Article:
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How to be Happy Even When your Child is Unhappy


There’s an old expression: You are as happy as your unhappiest child and if this still holds true – no wonder we have been referred to as “Prozac Nation!” Perhaps, in a simpler time period this truism was less of an issue. Children’s innocent problems, which were popular in ‘50’s sitcoms, like who to go to the dance with or how to get along with a sibling’s teasing pale by comparison to today’s menacing issues of fierce academic competition, drugs and violence. Many children grow up needing to compensate for innate physical and emotional stressors, let alone deal with the external social and academic stressors coming their way; for example, children have learning disabilities or processing problems, are asthmatic, have irritable bowel syndrome or are in the autistic spectrum. Nowadays children are more sedentary, weigh more and are more stressed. All this makes for unhappy parents.

During the birth process, no matter how intensely difficult, the moment arrives when the umbilical chord is cut and the newborn must breathe on his own. This symbolizes our delicate relationship with our children. After having done our part, we must watch from the sideline and affirm; in other words, we cannot take over and breathe for our child. Many parents actually contribute to their children’s stress levels by over-scheduling enrichment activities, overtly or covertly demanding academic success and creating a bedroom so replete with amenities that a child doesn’t ever have to leave to be with the family. If we are so enmeshed in our children’s ups and downs that we have grown anxious and unhappy, it is time to cut the emotional umbilical chord again!

Living vicariously through our children shows that we are not working on ourselves. It’s time to find our own passion and joy – what makes our heart sing – our core identity before we turned into a parent. Rather than shape our children and chisel away at them, let them observe us enjoying life, expanding our hearts and completing our work. Let our children see the quality work that we do whether it is writing a legal brief, cleaning the house or cooking dinner.

And while I am on the subject of cooking dinner, let’s resurrect family dinner time. Our two- income commuter families along with children who return home late from after-school programs have put a lid on family dinners. So many stressors can be alleviated by this one change in scheduling. During a family dinner we can concretely demonstrate healthy eating, restore a positive dialogue to empower our children and subtly communicate our love and support around the table - our version of the happy meal.

So, let’s revise the statement to read: you can be happy even though your child is unhappy. Although this concept is difficult to live with, we must remember to cut the chord again and again. Each one of us has the right to live an authentic life. We should mother our children, not smother them. When we utilize the tools of modern day medicine, become a team with the school and spend quality time with our children, we have given them a heads up; we need not control their lives. They have their individual journeys to make and they will grow from them. When we live our lives fully and with an optimistic realism, they will eventually emulate and find their own balance. We can accept that their balance might be different from our own. We must allow them the space and time to find themselves and not follow the life we have laid out for them.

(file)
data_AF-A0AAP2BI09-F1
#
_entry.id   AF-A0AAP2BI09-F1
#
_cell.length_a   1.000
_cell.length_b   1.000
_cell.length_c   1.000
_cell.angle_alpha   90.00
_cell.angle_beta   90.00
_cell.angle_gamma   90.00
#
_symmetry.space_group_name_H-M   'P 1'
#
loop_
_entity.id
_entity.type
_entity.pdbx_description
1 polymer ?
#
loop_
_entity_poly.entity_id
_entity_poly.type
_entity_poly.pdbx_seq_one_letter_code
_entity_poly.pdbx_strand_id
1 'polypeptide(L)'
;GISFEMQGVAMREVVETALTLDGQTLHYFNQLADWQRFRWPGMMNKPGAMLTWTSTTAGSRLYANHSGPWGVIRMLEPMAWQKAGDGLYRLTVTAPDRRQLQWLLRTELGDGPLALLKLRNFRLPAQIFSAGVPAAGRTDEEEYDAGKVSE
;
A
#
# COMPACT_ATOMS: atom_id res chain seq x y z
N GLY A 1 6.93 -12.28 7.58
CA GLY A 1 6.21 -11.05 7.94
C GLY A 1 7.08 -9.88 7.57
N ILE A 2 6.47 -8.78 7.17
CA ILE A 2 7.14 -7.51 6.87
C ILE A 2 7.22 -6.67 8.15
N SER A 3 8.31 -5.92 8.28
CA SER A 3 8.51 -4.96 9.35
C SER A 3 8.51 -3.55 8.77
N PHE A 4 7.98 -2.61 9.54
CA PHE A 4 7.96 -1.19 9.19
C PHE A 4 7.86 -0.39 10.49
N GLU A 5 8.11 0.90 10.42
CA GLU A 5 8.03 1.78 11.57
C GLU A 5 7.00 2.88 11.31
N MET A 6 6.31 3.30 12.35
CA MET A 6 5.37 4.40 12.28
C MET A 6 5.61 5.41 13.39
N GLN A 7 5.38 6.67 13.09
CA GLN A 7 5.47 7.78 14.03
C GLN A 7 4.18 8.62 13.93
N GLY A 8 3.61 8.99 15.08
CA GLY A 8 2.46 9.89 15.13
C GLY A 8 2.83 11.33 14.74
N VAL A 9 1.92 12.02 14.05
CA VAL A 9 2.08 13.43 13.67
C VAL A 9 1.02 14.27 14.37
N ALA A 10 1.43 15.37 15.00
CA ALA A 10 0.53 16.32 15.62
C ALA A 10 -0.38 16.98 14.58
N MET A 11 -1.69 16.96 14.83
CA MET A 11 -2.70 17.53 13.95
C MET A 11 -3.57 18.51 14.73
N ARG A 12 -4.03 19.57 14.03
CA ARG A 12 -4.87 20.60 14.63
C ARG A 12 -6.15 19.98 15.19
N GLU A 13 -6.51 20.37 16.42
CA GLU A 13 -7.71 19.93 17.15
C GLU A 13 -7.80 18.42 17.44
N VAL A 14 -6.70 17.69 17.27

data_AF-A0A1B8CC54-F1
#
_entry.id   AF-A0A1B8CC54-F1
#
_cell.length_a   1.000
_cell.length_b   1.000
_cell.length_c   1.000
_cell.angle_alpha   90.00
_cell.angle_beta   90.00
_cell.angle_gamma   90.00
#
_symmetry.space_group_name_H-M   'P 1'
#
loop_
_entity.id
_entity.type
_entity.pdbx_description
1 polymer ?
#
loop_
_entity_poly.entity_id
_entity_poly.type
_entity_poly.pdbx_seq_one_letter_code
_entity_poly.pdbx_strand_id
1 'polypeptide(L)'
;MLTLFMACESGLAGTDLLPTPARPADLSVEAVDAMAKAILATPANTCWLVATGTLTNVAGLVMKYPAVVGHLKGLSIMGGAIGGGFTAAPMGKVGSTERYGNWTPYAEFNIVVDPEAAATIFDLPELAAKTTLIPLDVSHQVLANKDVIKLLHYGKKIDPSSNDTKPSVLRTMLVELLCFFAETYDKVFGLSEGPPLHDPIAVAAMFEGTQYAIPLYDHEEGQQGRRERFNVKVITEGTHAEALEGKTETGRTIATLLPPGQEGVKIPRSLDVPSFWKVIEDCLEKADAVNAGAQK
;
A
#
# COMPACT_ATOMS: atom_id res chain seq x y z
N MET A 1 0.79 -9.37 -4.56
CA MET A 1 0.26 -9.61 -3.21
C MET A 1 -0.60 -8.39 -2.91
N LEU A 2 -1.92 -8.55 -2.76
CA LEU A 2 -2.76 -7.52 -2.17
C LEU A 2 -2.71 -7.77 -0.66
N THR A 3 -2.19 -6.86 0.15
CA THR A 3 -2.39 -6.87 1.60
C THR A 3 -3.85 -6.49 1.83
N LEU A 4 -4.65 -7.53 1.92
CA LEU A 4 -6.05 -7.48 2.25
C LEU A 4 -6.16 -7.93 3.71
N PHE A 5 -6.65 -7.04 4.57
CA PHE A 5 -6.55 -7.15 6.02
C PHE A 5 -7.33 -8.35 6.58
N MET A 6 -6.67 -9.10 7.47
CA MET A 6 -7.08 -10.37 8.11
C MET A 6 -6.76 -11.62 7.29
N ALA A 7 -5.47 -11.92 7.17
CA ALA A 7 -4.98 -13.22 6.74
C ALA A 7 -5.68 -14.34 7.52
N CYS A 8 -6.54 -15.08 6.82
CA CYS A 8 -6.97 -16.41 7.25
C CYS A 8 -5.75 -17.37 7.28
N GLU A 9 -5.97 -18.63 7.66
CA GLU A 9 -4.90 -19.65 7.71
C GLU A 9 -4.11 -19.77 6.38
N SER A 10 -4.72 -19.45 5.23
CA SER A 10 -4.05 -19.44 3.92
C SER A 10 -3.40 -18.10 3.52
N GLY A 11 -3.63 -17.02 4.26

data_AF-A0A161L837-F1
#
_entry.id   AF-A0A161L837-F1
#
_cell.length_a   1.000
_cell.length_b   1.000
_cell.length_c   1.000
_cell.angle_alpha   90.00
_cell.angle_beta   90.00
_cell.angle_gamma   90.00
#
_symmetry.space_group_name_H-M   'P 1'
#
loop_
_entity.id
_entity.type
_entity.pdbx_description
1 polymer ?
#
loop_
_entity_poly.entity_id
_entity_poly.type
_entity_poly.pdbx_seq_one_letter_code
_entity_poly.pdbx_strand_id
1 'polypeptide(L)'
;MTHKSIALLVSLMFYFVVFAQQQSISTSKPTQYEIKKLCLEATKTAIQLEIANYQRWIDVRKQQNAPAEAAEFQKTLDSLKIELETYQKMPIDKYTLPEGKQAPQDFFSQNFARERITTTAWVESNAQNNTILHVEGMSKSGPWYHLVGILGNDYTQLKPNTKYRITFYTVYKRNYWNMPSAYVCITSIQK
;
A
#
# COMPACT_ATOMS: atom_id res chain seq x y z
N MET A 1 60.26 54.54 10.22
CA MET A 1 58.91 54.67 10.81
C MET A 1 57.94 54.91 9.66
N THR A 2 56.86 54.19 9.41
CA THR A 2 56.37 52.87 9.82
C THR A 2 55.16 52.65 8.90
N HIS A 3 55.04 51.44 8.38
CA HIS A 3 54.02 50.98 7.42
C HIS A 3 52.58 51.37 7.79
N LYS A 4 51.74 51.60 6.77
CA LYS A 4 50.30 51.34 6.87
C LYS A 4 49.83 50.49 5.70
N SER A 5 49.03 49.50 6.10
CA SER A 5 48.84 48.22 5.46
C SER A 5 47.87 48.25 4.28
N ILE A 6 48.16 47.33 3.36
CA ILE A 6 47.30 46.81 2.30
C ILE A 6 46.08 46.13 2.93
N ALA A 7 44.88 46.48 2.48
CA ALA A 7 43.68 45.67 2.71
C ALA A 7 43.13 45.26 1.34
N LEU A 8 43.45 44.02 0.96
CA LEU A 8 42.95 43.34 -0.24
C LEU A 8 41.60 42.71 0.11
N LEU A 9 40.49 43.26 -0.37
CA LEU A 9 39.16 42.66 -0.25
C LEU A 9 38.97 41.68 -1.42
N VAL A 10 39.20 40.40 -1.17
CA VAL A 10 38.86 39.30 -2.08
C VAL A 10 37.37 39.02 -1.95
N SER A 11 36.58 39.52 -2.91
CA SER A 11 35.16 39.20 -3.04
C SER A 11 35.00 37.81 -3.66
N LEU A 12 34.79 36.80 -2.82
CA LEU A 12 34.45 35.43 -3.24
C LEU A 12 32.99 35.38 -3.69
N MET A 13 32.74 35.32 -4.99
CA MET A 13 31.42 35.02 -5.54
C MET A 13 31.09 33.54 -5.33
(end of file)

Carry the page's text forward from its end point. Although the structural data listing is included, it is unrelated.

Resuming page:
Here are some suggestions:
  • Schedule time for yourself as an adult with adult playmates.
  • Always affirm your child; especially in your thoughts because your child will sniff out the real meaning behind your well intentioned words.
  • Resist doing your child’s homework or science fair projects even if your child tells you that all the parents are doing it! You can be an editor or a chauffeur, but resist being the CEO.
  • Help your child organize homework tasks to be less stressed about deadlines. Schedule the most intellectual-energy demanding tasks first.
  • Take the TV and computer out of your child’s bedroom. Put them in the family room or kitchen, etc. You will be in sight of what your child is interested in and can intercede when necessary.
  • Give your child relaxation response skills: some form of movement ranging from dance to sports to yoga and deeper breathing during stressful times like before an exam.
  • Suggest to your child to rehearse a stressful performance in his mind and then to visualize a successful completion.
  • Make sure your child begins the day with a balanced breakfast consisting of a complex carbohydrate and protein and drinks plenty of water throughout the day. This will ensure that your child does not begin the day irritably and fatigued.
  • Fill your house with laughter. Many potential confrontations can be comically reinterpreted. Remember a sit com always has a happy ending and children love to laugh.
  • Remember that practice makes perfect or at least there will be an improvement. Keep changing those habits you wish to change.

Debbie Mandel, MA is the author of Turn On Your Inner Light: Fitness for Body, Mind and Soul, a stress-reduction specialist, motivational speaker, a personal trainer and mind/body lecturer. She is the host of the weekly Turn On Your Inner Light Show on WGBB AM1240 in New York City , produces a weekly wellness newsletter, and has been featured on radio/ TV and print media. To learn more visit: www.turnonyourinnerlight.com
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Content copyright © 2014 by Debbie Mandel. All rights reserved.
This content was written by Debbie Mandel. If you wish to use this content in any manner, you need written permission. Contact Debbie Mandel for details.

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